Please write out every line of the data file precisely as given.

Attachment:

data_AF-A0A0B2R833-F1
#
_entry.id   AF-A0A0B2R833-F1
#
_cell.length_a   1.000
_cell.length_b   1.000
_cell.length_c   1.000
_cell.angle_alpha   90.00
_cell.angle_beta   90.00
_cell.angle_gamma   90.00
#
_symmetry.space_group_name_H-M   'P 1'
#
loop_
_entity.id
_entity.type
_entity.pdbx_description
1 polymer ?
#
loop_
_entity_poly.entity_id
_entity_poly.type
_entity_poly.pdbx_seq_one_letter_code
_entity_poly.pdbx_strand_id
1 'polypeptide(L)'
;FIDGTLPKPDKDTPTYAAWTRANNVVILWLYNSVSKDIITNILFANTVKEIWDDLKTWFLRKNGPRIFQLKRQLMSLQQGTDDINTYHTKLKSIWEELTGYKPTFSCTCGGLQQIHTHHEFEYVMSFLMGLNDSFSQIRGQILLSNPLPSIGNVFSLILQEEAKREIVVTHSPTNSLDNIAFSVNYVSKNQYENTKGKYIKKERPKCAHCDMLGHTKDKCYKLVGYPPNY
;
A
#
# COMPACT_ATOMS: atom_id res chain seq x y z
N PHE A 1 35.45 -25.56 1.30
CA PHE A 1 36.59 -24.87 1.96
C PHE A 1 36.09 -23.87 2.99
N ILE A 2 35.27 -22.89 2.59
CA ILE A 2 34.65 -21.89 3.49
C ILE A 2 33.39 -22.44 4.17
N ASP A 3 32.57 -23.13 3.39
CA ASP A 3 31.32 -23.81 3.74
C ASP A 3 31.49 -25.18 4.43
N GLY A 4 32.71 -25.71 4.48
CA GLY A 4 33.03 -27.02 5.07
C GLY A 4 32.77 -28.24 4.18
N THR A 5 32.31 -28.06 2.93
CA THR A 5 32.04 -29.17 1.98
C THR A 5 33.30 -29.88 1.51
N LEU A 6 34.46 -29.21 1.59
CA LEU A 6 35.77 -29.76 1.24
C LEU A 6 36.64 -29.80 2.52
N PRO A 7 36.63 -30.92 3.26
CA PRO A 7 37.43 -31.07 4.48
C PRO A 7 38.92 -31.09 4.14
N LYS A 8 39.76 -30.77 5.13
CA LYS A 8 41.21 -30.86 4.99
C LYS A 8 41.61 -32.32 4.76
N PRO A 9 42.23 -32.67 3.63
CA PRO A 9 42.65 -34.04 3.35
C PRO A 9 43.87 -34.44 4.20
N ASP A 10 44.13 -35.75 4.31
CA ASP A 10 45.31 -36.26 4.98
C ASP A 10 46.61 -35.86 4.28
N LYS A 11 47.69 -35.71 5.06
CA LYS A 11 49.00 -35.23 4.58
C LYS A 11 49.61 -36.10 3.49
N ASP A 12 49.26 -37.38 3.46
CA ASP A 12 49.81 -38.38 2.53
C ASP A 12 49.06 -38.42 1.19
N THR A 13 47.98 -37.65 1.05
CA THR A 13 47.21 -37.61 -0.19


data_AF-A0A0B2R833-F1
#
_entry.id   AF-A0A0B2R833-F1
#
_cell.length_a   1.000
_cell.length_b   1.000
_cell.length_c   1.000
_cell.angle_alpha   90.00
_cell.angle_beta   90.00
_cell.angle_gamma   90.00
#
_symmetry.space_group_name_H-M   'P 1'
#
loop_
_entity.id
_entity.type
_entity.pdbx_description
1 polymer ?
#
loop_
_entity_poly.entity_id
_entity_poly.type
_entity_poly.pdbx_seq_one_letter_code
_entity_poly.pdbx_strand_id
1 'polypeptide(L)'
;FIDGTLPKPDKDTPTYAAWTRANNVVILWLYNSVSKDIITNILFANTVKEIWDDLKTWFLRKNGPRIFQLKRQLMSLQQGTDDINTYHTKLKSIWEELTGYKPTFSCTCGGLQQIHTHHEFEYVMSFLMGLNDSFSQIRGQILLSNPLPSIGNVFSLILQEEAKREIVVTHSPTNSLDNIAFSVNYVSKNQYENTKGKYIKKERPKCAHCDMLGHTKDKCYKLVGYPPNY
;
A
#
# COMPACT_ATOMS: atom_id res chain seq x y z
N PHE A 1 35.45 -25.56 1.30
CA PHE A 1 36.59 -24.87 1.96
C PHE A 1 36.09 -23.87 2.99
N ILE A 2 35.27 -22.89 2.59
CA ILE A 2 34.65 -21.89 3.49
C ILE A 2 33.39 -22.44 4.17
N ASP A 3 32.57 -23.13 3.39
CA ASP A 3 31.32 -23.81 3.74
C ASP A 3 31.49 -25.18 4.43
N GLY A 4 32.71 -25.71 4.48
CA GLY A 4 33.03 -27.02 5.07
C GLY A 4 32.77 -28.24 4.18
N THR A 5 32.31 -28.06 2.93
CA THR A 5 32.04 -29.17 1.98
C THR A 5 33.30 -29.88 1.51
N LEU A 6 34.46 -29.21 1.59
CA LEU A 6 35.77 -29.76 1.24
C LEU A 6 36.64 -29.80 2.52
N PRO A 7 36.63 -30.92 3.26
CA PRO A 7 37.43 -31.07 4.48
C PRO A 7 38.92 -31.09 4.14
N LYS A 8 39.76 -30.77 5.13
CA LYS A 8 41.21 -30.86 4.99
C LYS A 8 41.61 -32.32 4.76
N PRO A 9 42.23 -32.67 3.63
CA PRO A 9 42.65 -34.04 3.35
C PRO A 9 43.87 -34.44 4.20
N ASP A 10 44.13 -35.75 4.31
CA ASP A 10 45.31 -36.26 4.98
C ASP A 10 46.61 -35.86 4.28
N LYS A 11 47.69 -35.71 5.06
CA LYS A 11 49.00 -35.23 4.58
C LYS A 11 49.61 -36.10 3.49
N ASP A 12 49.26 -37.38 3.46
CA ASP A 12 49.81 -38.38 2.53
C ASP A 12 49.06 -38.42 1.19
N THR A 13 47.98 -37.65 1.05
CA THR A 13 47.21 -37.61 -0.19